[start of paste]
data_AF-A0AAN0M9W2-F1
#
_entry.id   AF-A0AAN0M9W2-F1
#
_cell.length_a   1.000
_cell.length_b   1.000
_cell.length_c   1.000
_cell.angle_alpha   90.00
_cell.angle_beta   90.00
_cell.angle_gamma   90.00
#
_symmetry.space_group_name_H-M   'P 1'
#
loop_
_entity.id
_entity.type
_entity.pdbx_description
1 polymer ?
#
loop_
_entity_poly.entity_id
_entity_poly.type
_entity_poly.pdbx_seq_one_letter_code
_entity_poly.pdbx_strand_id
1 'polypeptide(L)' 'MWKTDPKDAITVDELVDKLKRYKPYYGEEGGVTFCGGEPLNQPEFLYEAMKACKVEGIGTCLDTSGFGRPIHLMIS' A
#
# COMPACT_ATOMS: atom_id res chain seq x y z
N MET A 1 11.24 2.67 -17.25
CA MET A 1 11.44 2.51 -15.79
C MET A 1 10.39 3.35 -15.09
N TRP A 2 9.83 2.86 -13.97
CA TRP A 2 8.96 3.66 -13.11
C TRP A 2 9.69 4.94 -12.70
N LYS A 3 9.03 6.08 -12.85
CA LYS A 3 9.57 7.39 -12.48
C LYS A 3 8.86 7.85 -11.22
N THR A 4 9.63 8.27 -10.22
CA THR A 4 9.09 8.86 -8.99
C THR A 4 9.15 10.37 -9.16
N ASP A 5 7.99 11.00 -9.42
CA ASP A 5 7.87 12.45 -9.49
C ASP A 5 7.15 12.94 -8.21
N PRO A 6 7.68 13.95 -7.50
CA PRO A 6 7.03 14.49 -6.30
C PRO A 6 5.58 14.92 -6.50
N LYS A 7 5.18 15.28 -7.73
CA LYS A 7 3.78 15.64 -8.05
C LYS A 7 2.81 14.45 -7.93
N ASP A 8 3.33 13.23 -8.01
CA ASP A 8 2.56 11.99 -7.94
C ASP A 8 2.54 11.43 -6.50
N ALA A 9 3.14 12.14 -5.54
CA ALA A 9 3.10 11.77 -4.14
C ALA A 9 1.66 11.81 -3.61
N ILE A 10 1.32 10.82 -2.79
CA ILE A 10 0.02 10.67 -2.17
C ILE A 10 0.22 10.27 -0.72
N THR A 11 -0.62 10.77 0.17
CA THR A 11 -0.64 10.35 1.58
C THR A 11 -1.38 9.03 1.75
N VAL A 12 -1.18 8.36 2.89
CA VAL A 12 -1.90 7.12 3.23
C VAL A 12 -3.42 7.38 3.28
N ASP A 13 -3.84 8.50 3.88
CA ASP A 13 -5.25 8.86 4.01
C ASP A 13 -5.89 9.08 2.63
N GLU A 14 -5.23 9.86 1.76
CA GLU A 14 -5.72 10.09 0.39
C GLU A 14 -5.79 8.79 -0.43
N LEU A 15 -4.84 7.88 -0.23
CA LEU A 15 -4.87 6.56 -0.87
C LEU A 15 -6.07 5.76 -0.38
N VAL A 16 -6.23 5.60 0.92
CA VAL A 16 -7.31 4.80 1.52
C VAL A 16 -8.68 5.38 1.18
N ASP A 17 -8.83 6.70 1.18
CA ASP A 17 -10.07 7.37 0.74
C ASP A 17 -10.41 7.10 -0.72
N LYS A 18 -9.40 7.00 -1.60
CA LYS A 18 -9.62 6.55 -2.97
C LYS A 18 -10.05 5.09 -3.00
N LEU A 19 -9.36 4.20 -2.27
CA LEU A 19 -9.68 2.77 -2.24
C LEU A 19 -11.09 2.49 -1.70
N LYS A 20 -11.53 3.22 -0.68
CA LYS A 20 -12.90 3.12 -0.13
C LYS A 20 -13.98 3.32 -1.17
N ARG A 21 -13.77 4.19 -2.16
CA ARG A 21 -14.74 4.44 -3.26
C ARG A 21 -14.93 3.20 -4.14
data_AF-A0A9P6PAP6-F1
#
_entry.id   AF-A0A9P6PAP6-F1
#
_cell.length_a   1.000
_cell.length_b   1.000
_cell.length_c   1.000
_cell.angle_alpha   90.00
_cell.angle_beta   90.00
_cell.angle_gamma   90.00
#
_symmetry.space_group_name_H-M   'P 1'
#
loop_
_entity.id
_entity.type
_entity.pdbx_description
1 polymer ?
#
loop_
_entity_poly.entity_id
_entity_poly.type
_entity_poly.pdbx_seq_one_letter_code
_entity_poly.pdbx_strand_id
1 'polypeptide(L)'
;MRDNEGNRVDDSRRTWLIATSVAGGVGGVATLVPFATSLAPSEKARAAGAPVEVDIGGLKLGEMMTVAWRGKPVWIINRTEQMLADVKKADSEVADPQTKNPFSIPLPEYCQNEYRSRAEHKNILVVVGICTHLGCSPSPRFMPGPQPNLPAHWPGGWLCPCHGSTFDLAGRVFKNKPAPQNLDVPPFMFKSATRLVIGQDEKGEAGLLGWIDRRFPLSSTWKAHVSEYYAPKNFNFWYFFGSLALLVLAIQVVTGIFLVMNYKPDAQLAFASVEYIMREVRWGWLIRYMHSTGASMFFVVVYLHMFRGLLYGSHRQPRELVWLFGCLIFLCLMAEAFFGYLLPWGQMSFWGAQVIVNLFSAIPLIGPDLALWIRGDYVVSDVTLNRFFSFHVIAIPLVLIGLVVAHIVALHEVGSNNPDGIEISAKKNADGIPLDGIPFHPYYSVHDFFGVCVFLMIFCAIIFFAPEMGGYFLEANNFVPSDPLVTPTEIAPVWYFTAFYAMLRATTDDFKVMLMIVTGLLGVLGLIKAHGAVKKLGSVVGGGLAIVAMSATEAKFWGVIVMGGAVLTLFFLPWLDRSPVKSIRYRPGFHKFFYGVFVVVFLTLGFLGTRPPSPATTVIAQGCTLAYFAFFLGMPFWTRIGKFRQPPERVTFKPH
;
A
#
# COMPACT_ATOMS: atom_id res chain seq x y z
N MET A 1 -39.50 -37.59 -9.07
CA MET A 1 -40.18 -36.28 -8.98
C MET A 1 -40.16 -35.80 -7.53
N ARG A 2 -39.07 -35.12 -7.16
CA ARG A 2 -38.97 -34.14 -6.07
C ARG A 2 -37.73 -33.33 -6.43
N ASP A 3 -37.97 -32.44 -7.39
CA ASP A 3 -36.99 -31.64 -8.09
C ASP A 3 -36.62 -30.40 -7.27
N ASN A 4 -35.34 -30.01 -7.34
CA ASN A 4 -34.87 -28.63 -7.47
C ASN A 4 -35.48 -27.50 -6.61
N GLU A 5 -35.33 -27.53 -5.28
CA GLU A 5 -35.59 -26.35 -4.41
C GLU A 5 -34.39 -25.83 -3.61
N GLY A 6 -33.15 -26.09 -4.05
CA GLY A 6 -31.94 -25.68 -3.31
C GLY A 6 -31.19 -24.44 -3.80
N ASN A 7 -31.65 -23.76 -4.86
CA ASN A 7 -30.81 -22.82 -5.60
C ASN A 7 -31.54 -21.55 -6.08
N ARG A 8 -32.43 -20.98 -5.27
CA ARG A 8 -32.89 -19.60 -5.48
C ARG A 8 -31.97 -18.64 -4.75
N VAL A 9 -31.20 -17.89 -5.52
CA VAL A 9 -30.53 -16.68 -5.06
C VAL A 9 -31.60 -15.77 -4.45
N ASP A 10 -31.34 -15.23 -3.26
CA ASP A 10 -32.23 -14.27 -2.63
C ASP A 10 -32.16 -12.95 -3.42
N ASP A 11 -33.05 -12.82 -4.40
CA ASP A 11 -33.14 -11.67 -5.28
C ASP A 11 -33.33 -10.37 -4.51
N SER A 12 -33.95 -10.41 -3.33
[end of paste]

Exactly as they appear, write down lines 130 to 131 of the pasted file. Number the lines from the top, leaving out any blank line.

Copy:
N ASN A 4 -35.34 -30.01 -7.34
CA ASN A 4 -34.87 -28.63 -7.47